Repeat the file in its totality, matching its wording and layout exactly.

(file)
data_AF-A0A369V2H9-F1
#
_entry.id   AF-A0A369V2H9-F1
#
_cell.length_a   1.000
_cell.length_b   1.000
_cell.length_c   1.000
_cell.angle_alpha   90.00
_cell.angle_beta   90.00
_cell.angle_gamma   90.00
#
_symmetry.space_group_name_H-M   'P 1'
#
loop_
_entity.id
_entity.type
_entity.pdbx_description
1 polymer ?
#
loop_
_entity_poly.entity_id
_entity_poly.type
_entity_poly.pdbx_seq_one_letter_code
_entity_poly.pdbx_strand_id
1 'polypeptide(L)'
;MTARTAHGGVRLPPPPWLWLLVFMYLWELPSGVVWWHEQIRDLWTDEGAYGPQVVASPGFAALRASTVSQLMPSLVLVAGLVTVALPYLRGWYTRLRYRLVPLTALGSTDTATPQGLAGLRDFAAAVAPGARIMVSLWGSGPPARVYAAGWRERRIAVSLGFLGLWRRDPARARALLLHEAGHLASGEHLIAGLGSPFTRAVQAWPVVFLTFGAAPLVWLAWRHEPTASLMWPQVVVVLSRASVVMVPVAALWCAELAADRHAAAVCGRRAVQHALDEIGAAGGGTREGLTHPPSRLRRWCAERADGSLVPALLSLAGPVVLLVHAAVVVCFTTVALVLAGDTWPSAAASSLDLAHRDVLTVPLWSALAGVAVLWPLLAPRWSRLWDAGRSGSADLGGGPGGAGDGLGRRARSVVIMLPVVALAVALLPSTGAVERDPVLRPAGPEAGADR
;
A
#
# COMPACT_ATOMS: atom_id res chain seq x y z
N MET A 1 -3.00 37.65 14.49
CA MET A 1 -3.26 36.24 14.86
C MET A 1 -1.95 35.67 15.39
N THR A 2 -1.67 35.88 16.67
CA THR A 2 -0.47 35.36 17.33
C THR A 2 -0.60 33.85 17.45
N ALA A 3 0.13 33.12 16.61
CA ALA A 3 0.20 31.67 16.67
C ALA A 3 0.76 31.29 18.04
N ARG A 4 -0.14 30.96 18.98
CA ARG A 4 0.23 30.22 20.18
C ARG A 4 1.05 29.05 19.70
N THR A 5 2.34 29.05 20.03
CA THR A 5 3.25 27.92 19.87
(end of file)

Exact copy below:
data_AF-A0A369V2H9-F1
#
_entry.id   AF-A0A369V2H9-F1
#
_cell.length_a   1.000
_cell.length_b   1.000
_cell.length_c   1.000
_cell.angle_alpha   90.00
_cell.angle_beta   90.00
_cell.angle_gamma   90.00
#
_symmetry.space_group_name_H-M   'P 1'
#
loop_
_entity.id
_entity.type
_entity.pdbx_description
1 polymer ?
#
loop_
_entity_poly.entity_id
_entity_poly.type
_entity_poly.pdbx_seq_one_letter_code
_entity_poly.pdbx_strand_id
1 'polypeptide(L)'
;MTARTAHGGVRLPPPPWLWLLVFMYLWELPSGVVWWHEQIRDLWTDEGAYGPQVVASPGFAALRASTVSQLMPSLVLVAGLVTVALPYLRGWYTRLRYRLVPLTALGSTDTATPQGLAGLRDFAAAVAPGARIMVSLWGSGPPARVYAAGWRERRIAVSLGFLGLWRRDPARARALLLHEAGHLASGEHLIAGLGSPFTRAVQAWPVVFLTFGAAPLVWLAWRHEPTASLMWPQVVVVLSRASVVMVPVAALWCAELAADRHAAAVCGRRAVQHALDEIGAAGGGTREGLTHPPSRLRRWCAERADGSLVPALLSLAGPVVLLVHAAVVVCFTTVALVLAGDTWPSAAASSLDLAHRDVLTVPLWSALAGVAVLWPLLAPRWSRLWDAGRSGSADLGGGPGGAGDGLGRRARSVVIMLPVVALAVALLPSTGAVERDPVLRPAGPEAGADR
;
A
#
# COMPACT_ATOMS: atom_id res chain seq x y z
N MET A 1 -3.00 37.65 14.49
CA MET A 1 -3.26 36.24 14.86
C MET A 1 -1.95 35.67 15.39
N THR A 2 -1.67 35.88 16.67
CA THR A 2 -0.47 35.36 17.33
C THR A 2 -0.60 33.85 17.45
N ALA A 3 0.13 33.12 16.61
CA ALA A 3 0.20 31.67 16.67
C ALA A 3 0.76 31.29 18.04
N ARG A 4 -0.14 30.96 18.98
CA ARG A 4 0.23 30.22 20.18
C ARG A 4 1.05 29.05 19.70
N THR A 5 2.34 29.05 20.03
CA THR A 5 3.25 27.92 19.87